President Trump, human rights, US sanctions and global business: Traps for the unwary
Over the past year, completely contrary to public expectations, President Trump has unleashed the power of US economic sanctions to champion human rights and fight corruption globally. As laudable as this initiative may seem at first glance on public policy grounds, it also raises serious legal questions and creates new risks and uncertainties for the global business community.
In accordance with the Global Magnitsky Human Rights Accountability Act, on December 20, 2017, President Trump issued Executive Order (EO) 13818 "Blocking the Property of Persons Involved in Serious Human Rights Abuse or Corruption". As summarized by the US Treasury Department's Office of Foreign Assets Control (OFAC), the Global Magnitsky (or GloMag) EO "declares a national emergency with respect to serious human rights abuses and corruption globally, identifying these issues as threats to the national security, foreign policy, and economy of the United States" and authorizes OFAC to list as Specially Designated Nationals (SDNs) persons and entities determined by the US Treasury, State and Justice Departments "to be responsible for or complicit in, or to have directly or indirectly engaged in, certain human rights abuses or corrupt acts anywhere in the world".
Using its GloMag authority, OFAC has listed dozens of current and former political leaders, military and security officials and business persons globally as SDNs, thereby prohibiting the involvement of US persons or the US financial system in any dealings involving them, any entity owned 50% or more by them or any of their property interests. In addition, even engaging in entirely non-US dealings with these sanctions targets can expose the non-US participants to the risk that OFAC could, if it so chooses and at its discretion, designate them as SDNs for providing "material assistance" to an SDN. Because of the aggressive enforcement of US sanctions against the international banking community, banks globally seek to avoid transactions involving SDNs or companies or assets owned by them. US sanctions designations therefore deprive the targets not only of access to the US economy and US financial system but to normal banking channels globally.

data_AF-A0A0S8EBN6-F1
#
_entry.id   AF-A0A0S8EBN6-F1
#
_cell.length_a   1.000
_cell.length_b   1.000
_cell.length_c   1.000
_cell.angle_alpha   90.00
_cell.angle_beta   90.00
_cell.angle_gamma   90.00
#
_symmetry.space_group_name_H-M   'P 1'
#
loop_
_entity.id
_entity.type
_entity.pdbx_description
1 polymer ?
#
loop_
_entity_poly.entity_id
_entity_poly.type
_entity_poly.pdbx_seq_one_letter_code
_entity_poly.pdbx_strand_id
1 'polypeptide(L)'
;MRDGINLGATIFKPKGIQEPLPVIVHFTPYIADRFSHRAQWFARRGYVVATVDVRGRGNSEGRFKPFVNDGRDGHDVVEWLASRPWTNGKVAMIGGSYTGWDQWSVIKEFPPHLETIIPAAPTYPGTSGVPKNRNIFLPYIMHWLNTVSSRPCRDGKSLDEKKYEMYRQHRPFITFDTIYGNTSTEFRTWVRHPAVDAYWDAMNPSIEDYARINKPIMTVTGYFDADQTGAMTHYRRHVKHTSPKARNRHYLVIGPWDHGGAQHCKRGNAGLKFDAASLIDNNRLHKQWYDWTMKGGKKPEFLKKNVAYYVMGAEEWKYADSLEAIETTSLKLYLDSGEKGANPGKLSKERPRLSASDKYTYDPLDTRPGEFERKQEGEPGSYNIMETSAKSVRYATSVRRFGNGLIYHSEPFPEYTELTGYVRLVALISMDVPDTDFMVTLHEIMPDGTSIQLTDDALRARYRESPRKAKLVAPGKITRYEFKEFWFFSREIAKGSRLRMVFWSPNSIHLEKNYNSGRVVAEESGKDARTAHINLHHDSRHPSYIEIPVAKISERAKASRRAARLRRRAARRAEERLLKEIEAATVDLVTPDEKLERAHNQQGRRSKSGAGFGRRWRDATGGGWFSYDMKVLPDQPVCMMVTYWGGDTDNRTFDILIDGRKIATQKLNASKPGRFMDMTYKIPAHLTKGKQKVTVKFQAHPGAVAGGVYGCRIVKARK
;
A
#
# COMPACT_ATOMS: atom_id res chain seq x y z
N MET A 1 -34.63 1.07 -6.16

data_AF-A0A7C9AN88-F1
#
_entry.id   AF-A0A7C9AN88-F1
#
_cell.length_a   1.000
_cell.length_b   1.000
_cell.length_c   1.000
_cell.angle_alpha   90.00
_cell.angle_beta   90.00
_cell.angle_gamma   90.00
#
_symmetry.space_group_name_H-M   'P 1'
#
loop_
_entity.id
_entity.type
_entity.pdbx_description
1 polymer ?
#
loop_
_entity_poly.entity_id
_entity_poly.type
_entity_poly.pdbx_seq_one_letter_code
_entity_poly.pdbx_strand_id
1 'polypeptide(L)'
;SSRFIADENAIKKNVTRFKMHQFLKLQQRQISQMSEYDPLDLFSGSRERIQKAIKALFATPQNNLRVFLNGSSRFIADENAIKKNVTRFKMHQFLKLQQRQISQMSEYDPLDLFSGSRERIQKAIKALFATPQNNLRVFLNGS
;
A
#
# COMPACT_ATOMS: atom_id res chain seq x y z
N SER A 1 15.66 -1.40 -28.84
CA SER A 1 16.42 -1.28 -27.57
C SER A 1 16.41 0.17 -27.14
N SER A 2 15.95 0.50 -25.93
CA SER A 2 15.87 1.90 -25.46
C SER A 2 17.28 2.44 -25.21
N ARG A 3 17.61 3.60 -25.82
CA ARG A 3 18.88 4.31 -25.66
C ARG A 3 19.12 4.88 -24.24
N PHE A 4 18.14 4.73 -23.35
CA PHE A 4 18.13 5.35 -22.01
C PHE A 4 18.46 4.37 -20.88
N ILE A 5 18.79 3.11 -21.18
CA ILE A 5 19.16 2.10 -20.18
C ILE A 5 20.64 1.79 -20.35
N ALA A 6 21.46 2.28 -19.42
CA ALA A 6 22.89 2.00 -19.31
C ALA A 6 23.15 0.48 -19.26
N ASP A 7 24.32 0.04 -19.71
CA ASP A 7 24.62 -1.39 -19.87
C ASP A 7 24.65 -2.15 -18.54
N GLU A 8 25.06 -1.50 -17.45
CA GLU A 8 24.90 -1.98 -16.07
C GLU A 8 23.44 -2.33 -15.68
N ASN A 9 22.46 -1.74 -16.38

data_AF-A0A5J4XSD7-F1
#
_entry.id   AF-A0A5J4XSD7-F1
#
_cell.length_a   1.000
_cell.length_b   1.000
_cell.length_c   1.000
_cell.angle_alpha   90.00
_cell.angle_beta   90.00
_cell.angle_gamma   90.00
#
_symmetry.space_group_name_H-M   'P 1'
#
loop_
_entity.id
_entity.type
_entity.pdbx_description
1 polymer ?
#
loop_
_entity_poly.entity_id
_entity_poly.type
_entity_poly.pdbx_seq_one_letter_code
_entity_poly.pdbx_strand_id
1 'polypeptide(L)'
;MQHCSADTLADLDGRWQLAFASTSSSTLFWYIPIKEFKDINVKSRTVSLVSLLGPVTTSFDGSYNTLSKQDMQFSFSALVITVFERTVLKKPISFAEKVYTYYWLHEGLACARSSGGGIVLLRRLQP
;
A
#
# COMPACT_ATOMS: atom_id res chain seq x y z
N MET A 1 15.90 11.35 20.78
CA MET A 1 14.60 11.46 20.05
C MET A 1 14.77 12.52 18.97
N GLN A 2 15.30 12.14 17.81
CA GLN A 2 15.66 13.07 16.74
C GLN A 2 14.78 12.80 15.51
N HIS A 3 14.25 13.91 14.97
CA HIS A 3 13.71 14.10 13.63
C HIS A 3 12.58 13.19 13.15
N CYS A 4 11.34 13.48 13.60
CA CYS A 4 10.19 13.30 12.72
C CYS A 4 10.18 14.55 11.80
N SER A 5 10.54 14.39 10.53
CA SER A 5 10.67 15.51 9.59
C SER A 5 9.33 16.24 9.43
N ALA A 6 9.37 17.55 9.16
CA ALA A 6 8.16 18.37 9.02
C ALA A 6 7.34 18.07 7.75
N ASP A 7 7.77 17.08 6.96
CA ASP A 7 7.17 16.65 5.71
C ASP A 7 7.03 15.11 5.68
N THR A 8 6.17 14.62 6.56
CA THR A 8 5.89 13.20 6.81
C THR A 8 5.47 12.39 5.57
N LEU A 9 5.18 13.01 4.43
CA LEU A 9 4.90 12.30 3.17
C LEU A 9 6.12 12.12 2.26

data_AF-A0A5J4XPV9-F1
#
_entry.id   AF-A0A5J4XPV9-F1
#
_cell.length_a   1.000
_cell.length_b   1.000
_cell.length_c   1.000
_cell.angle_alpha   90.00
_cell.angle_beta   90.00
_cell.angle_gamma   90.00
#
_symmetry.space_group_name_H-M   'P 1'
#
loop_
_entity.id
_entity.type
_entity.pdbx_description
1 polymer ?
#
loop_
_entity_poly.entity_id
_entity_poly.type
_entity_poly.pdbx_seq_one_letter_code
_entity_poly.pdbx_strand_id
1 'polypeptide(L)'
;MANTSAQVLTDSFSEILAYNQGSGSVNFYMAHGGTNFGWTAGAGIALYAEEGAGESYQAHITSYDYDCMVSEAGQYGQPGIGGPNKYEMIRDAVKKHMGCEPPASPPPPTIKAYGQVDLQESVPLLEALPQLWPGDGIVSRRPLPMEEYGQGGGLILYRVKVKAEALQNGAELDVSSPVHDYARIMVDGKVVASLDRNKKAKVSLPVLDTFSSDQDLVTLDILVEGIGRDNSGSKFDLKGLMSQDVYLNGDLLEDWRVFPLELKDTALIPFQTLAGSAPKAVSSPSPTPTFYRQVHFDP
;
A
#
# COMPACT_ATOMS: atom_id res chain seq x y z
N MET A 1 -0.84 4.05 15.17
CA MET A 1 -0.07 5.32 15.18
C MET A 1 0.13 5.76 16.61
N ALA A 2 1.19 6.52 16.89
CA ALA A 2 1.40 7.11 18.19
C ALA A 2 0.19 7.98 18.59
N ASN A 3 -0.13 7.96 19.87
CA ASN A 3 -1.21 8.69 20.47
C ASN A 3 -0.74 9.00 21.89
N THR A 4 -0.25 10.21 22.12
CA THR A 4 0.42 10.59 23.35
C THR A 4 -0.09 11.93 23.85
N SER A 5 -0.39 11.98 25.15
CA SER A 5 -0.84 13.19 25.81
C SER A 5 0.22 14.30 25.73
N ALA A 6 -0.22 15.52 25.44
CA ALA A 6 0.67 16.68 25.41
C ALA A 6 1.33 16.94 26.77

Examples of the extraordinary reach and variety of OFAC's GloMag designations to date include Benjamin Bol Mel, the allegedly corrupt head of a South Sudanese construction company, Mukhtar Shah, a Pakistani surgeon allegedly specializing in transplants using kidneys obtained from traffickers in human organs, Angel Rondon Rijo, a businessman in the Dominican Republic who allegedly paid bribes for Odebrecht, Dan Gertler, an Israeli businessman who allegedly obtained mining assets in Africa through bribery, and two Turkish cabinet ministers, who the Trump Administration held responsible for "the arrest and detention of Pastor Andrew Brunson". For a more complete summary, see https://www.state.gov/e/eb/tfs/spi/globalmagnitsky/.
OFAC removed the Turkish ministers from the SDN list following the release of Pastor Brunson, but for the other SDNs delisting is a far more distant prospect. This requires a petition to OFAC, full cooperation with a US government investigation into the facts and circumstances of the alleged illicit activity and no due process rights whatsoever, unless and until OFAC might choose to deny the petition and a (typically futile) appeal can be made to the courts, which give substantial deference to OFAC's authority and position. Because OFAC historically has used its sanctions designation authority for national security purposes (e.g. the war on terror), OFAC provides no due process rights in advance of a designation and in most cases the subject of the designation has no prior notice of the action.
Instead, the relevant US Treasury, State and Justice Department officials select OFAC's GloMag sanctions targets based on their confidential and classified assessment of the available evidence, together with US political and diplomatic considerations that no court of law would recognize, without any opportunity for the targets to defend themselves before the sanctions cripple their business and force them into economic exile.
It is a classic case of the ends justifying the means, which is hardly a sound foundation for supporters of global criminal justice. It also exposes the global business community to the risk that their counterparties across the emerging markets, if owned by persons at potential risk of an OFAC designation, might suddenly become prohibited persons under US sanctions. Since the presence of such at-risk counterparties is endemic in many emerging markets, investors, lenders and other international participants in such markets need to ensure they have considered the potential OFAC risk and, if they proceed with the transaction, have sufficient termination and/or ouster rights and wind-down strategies in place in the event of a designation.
The need for such diligence will only grow over time. The US government's addiction to sanctions as a response to foreign provocations is entirely bipartisan. The use of OFAC to circumvent the criminal justice system by putting violators of human rights and corrupt business persons globally out of business rather than on trial will almost certainly outlast President Trump and become one of his most unexpected legacies to successor Administrations.